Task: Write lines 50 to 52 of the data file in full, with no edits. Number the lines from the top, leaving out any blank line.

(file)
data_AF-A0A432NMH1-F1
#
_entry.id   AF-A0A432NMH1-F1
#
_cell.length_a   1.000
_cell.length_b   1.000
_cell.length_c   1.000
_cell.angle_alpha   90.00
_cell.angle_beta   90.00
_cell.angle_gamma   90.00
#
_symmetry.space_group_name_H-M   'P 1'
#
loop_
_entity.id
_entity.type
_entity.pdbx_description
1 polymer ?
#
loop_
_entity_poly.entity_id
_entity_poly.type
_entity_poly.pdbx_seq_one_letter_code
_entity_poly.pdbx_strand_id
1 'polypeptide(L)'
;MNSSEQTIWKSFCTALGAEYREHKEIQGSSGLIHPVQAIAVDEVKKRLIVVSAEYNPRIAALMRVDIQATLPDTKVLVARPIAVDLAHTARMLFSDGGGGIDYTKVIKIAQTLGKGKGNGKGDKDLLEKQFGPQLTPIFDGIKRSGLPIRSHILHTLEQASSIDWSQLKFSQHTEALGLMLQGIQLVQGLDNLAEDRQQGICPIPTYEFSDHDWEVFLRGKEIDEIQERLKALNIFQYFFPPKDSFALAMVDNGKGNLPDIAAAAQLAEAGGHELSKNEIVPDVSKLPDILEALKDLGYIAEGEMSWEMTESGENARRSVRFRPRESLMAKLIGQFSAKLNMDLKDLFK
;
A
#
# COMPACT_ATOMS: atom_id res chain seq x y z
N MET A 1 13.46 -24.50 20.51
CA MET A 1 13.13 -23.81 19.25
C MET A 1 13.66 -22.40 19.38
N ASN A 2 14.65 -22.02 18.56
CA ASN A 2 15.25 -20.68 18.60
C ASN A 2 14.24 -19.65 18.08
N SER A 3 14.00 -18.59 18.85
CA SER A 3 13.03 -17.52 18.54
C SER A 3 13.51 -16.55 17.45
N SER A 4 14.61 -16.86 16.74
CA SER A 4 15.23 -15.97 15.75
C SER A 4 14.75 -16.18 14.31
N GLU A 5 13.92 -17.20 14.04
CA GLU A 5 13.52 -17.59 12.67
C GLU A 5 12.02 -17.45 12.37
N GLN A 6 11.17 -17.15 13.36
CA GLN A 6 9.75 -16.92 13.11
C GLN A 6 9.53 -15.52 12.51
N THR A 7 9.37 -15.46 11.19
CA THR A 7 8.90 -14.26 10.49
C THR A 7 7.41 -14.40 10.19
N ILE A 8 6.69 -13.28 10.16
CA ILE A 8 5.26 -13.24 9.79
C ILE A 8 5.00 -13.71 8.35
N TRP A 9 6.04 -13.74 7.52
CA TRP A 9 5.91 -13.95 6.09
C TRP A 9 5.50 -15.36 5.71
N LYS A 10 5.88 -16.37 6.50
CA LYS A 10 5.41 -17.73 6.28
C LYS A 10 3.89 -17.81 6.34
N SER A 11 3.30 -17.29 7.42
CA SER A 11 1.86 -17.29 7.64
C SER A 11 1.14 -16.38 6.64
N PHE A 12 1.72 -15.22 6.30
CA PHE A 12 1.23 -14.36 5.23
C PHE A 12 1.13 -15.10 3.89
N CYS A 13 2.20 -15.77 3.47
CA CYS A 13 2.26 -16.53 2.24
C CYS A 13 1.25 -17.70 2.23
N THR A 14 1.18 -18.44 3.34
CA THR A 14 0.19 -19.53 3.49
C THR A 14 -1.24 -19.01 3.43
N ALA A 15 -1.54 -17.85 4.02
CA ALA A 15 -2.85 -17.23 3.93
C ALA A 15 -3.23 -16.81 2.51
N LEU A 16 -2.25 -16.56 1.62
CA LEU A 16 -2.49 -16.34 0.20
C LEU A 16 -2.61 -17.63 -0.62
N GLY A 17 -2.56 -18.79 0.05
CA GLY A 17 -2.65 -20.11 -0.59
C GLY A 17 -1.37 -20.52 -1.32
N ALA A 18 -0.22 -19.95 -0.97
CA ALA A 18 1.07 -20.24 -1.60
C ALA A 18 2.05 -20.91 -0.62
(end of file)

CA THR A 7 8.90 -14.26 10.49
C THR A 7 7.41 -14.40 10.19
N ILE A 8 6.69 -13.28 10.16